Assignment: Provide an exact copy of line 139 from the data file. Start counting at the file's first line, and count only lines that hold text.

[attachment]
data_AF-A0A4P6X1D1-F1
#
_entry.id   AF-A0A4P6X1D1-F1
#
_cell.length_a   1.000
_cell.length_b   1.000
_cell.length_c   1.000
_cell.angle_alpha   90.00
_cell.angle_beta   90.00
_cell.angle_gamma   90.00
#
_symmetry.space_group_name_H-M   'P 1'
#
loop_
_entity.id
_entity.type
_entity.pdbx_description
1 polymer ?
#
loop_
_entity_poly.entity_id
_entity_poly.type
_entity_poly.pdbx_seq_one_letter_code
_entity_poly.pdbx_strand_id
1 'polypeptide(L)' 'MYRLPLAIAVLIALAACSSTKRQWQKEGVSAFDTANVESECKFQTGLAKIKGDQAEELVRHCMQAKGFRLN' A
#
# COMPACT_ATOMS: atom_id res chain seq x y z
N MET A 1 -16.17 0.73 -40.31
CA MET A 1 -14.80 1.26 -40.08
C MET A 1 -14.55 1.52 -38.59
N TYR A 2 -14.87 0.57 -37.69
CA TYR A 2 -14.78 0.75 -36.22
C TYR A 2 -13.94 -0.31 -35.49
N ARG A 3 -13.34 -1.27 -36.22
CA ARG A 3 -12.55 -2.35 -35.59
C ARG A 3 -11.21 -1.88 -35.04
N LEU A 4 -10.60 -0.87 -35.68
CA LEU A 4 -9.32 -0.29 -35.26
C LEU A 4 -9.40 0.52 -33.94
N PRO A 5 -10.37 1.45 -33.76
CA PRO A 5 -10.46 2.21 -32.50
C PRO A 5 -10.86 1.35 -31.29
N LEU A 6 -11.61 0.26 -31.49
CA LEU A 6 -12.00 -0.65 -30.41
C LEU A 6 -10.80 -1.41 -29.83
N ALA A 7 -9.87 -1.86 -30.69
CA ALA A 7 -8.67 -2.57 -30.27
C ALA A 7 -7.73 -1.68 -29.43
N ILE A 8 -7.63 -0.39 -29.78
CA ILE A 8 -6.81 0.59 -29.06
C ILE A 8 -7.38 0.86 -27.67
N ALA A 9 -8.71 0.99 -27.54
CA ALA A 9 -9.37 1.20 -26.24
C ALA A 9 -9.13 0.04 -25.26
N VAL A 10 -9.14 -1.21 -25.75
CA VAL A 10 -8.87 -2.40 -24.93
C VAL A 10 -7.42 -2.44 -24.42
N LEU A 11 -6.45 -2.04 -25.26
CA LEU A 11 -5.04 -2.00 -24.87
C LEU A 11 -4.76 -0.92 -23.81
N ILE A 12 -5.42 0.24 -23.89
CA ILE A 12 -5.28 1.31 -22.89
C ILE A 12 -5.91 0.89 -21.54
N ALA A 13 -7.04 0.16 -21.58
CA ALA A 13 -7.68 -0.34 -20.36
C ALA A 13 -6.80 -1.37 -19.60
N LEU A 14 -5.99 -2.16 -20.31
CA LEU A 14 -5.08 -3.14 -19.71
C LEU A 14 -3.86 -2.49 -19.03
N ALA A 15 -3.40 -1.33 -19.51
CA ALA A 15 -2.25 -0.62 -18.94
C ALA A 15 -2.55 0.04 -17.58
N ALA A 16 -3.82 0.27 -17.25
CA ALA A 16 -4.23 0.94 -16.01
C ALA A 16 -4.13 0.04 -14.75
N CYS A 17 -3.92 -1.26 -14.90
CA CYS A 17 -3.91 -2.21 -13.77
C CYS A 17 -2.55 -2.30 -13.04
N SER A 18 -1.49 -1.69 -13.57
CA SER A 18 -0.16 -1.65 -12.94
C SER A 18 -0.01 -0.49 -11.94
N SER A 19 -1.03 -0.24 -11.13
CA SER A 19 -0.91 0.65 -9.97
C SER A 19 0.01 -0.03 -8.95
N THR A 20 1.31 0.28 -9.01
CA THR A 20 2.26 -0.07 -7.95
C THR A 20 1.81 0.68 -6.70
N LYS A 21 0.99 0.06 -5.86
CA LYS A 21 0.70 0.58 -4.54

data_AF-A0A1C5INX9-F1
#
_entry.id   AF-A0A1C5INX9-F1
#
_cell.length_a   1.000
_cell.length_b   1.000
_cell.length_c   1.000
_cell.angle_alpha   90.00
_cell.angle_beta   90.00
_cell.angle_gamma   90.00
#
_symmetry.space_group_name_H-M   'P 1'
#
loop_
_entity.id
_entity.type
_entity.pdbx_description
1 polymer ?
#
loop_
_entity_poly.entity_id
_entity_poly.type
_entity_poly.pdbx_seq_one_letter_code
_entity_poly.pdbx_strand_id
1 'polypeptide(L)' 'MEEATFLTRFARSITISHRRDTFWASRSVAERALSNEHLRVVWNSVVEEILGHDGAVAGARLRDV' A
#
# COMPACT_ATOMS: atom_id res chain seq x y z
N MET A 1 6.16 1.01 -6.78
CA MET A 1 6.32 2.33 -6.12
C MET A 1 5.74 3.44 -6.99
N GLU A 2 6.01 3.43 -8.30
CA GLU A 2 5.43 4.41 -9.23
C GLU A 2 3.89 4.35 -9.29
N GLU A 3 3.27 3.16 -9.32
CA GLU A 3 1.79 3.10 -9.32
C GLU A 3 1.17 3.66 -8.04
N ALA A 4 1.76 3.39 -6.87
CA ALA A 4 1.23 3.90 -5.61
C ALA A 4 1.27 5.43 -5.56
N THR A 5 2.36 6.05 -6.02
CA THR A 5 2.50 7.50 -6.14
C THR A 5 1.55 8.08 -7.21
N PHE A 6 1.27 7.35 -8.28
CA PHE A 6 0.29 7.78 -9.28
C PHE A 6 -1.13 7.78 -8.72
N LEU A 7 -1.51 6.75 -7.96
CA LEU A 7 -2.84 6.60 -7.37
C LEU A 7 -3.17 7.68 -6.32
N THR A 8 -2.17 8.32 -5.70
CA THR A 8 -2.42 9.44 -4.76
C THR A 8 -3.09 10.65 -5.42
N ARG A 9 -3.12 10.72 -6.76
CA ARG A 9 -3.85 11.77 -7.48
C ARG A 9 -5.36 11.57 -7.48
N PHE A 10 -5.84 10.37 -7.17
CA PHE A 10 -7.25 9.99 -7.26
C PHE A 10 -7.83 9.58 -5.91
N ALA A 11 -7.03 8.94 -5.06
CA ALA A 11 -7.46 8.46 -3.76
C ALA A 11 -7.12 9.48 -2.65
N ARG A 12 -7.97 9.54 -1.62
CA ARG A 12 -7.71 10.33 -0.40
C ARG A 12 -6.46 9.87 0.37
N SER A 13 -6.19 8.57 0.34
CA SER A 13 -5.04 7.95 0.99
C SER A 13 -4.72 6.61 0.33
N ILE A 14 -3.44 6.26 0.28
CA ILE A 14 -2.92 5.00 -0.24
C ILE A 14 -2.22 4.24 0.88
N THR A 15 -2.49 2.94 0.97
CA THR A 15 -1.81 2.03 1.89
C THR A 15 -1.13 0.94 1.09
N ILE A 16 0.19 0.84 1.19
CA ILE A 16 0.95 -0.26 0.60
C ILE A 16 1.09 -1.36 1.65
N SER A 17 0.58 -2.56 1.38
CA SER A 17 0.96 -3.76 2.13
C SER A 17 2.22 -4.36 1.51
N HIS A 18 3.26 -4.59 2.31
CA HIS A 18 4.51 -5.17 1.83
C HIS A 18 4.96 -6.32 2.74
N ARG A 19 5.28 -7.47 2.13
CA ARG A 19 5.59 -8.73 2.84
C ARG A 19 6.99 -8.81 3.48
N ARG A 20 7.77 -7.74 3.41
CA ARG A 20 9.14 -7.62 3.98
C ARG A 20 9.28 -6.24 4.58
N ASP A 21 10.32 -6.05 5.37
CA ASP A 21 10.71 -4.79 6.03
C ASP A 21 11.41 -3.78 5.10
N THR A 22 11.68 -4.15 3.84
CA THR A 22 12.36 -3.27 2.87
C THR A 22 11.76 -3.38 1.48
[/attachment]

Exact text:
CA THR A 8 -2.42 9.44 -4.76